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Tankers in floating storage hit new high

More than 275m barrels is tracked on 239 tankers at anchor for 20 days or more, according to Lloyd’s List Intelligence data

Record floating storage volumes have shielded the largest 2,800 tankers in the 3.2bn tonne per year shipment of crude and refined products from a devastating collapse in earnings and demand

FLOATING storage has soared to a fresh peak, even as oil demand rebounds with unsold Venezuelan and US crude cargoes at anchor off South Africa and Singapore adding to market disruption.

Approximately 278.2m barrels is tracked on 239 tankers at anchor for 20 days or more, according to Lloyd’s List Intelligence data. That figure is reduced to 207.7m barrels after Iranian-controlled or owned tonnage is removed because it is unable to trade due to unilateral US sanctions. The number incorporates long range and suezmax tankers, as well as very large crude carriers.

Some 32.6m barrels of the tally is defined as refined products in storage such as gasoline, diesel or jet fuel, while the remainder is crude, condensate or fuel oil.

About 10% of the global trading VLCC fleet is now estimated to be tied up in floating storage, with 11% of all suezmax tankers, and 9.5% of aframaxes, data shows.

Record volumes in floating storage have shielded the largest 2,800 tankers in the 3.2bn tonne per year shipment of crude and refined products from the devastating collapse in earnings and demand, which has crippled the containership, car carrier, shortsea and dry bulk sectors during the past three months.

However demand for tankers remains uncertain as widespread crude export cuts over May and June to rebalance the market are shrinking available cargoes and pressuring spot rates. Although crude prices have rebounded faster than expected as countries wind back lockdown restrictions, that has not eased market disruption that saw land-based inventories soar, creating discharge delays.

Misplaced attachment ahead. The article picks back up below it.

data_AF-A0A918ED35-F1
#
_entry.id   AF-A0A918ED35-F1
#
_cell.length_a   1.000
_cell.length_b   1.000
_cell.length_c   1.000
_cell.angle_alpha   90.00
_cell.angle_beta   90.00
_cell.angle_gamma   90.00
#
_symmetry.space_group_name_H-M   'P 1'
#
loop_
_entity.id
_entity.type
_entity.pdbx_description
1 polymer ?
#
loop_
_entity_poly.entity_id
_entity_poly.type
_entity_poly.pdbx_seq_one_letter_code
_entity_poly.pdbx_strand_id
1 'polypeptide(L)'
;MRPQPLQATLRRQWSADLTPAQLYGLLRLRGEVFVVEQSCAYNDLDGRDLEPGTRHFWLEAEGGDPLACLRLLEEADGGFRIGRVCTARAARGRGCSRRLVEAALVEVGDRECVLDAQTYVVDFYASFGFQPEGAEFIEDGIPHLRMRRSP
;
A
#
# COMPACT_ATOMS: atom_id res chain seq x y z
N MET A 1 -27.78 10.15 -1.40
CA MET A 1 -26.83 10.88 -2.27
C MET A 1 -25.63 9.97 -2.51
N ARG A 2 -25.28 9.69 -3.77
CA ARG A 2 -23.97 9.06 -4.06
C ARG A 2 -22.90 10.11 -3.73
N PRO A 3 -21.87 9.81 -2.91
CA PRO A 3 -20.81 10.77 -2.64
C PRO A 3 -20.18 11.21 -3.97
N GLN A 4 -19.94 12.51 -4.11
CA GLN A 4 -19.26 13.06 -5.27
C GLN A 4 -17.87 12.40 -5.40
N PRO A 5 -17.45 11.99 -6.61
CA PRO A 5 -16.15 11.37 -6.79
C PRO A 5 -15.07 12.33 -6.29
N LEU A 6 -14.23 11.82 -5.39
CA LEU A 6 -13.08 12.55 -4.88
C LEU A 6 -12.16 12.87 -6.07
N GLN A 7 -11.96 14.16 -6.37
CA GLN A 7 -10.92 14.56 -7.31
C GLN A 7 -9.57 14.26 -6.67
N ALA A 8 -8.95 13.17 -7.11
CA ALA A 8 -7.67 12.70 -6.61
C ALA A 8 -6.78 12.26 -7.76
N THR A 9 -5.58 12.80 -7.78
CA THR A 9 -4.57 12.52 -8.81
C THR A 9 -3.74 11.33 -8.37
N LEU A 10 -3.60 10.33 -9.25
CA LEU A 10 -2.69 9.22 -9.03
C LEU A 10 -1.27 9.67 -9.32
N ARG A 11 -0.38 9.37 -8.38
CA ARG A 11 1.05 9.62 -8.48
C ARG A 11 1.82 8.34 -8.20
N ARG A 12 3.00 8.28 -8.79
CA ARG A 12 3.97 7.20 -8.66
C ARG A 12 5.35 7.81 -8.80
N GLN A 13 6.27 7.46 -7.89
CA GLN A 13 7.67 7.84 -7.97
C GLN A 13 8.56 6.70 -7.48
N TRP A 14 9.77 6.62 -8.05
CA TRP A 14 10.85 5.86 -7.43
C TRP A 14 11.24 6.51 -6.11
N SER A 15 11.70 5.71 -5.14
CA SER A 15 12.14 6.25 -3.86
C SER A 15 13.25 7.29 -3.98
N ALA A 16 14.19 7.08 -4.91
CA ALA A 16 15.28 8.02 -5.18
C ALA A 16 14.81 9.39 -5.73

The biggest logistics logjams or inventory overhangs are seen in Asia region, where 51m barrels are tracked on tankers at anchor in waters off Singapore and Malaysia. Some 19.2m barrels is in waters off West Africa. Of these, 26 of the 34 tracked tankers are loaded with refined products, according to Lloyd’s List Intelligence data.

One of the fastest growing areas for floating storage is now at Saldanha Bay off South America, which is set to overtake the well-documented discharge delays at ports along the north American Pacific coast over the past weeks.

At least five tankers floating in waters off the South African bay — where there is significant land-based storage — loaded cargoes in the US Gulf, based on vessel tracking. Other cargoes originated from West African countries of Nigeria and Congo as well as Venezuela.

Floating storage data also highlights Venezuela’s difficulty in selling crude following US sanctions on marketing divisions of trader Rosneft. Until then the Russian oil trader was an intermediary in oil sales.

Six of the 14 tankers tracked loading exporting Venezuelan crude to Asia during the past seven weeks are floating off Singapore or Malaysian waters. Another two are at anchor off Saldanha Bay. None have been discharged.

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